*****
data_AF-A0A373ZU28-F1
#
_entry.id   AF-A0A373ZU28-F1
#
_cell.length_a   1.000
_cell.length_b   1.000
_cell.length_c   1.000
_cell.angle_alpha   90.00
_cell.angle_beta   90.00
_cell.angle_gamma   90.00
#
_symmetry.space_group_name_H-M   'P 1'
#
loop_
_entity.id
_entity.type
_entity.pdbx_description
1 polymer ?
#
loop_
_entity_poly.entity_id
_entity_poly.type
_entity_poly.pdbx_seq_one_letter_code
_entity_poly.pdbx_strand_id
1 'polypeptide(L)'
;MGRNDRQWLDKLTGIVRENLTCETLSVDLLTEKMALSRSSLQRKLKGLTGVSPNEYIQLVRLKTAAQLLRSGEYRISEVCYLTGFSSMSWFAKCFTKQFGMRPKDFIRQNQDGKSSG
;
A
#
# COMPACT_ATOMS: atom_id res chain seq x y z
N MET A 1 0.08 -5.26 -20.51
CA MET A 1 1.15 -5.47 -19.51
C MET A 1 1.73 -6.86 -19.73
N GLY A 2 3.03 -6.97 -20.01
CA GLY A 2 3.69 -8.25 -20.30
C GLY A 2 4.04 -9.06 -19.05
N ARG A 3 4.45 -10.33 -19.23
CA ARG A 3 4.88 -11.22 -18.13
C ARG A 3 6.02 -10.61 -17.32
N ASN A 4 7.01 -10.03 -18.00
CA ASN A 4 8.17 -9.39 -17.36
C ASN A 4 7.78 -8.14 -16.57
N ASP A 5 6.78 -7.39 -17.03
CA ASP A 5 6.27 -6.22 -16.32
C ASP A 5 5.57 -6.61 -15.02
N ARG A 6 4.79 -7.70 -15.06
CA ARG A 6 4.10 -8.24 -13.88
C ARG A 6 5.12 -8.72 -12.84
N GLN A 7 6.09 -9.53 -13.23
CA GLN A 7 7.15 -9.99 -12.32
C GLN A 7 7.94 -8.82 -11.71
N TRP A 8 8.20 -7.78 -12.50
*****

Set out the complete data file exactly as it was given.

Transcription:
data_AF-A0A373ZU28-F1
#
_entry.id   AF-A0A373ZU28-F1
#
_cell.length_a   1.000
_cell.length_b   1.000
_cell.length_c   1.000
_cell.angle_alpha   90.00
_cell.angle_beta   90.00
_cell.angle_gamma   90.00
#
_symmetry.space_group_name_H-M   'P 1'
#
loop_
_entity.id
_entity.type
_entity.pdbx_description
1 polymer ?
#
loop_
_entity_poly.entity_id
_entity_poly.type
_entity_poly.pdbx_seq_one_letter_code
_entity_poly.pdbx_strand_id
1 'polypeptide(L)'
;MGRNDRQWLDKLTGIVRENLTCETLSVDLLTEKMALSRSSLQRKLKGLTGVSPNEYIQLVRLKTAAQLLRSGEYRISEVCYLTGFSSMSWFAKCFTKQFGMRPKDFIRQNQDGKSSG
;
A
#
# COMPACT_ATOMS: atom_id res chain seq x y z
N MET A 1 0.08 -5.26 -20.51
CA MET A 1 1.15 -5.47 -19.51
C MET A 1 1.73 -6.86 -19.73
N GLY A 2 3.03 -6.97 -20.01
CA GLY A 2 3.69 -8.25 -20.30
C GLY A 2 4.04 -9.06 -19.05
N ARG A 3 4.45 -10.33 -19.23
CA ARG A 3 4.88 -11.22 -18.13
C ARG A 3 6.02 -10.61 -17.32
N ASN A 4 7.01 -10.03 -18.00
CA ASN A 4 8.17 -9.39 -17.36
C ASN A 4 7.78 -8.14 -16.57
N ASP A 5 6.78 -7.39 -17.03
CA ASP A 5 6.27 -6.22 -16.32
C ASP A 5 5.57 -6.61 -15.02
N ARG A 6 4.79 -7.70 -15.06
CA ARG A 6 4.10 -8.24 -13.88
C ARG A 6 5.12 -8.72 -12.84
N GLN A 7 6.09 -9.53 -13.23
CA GLN A 7 7.15 -9.99 -12.32
C GLN A 7 7.94 -8.82 -11.71
N TRP A 8 8.20 -7.78 -12.50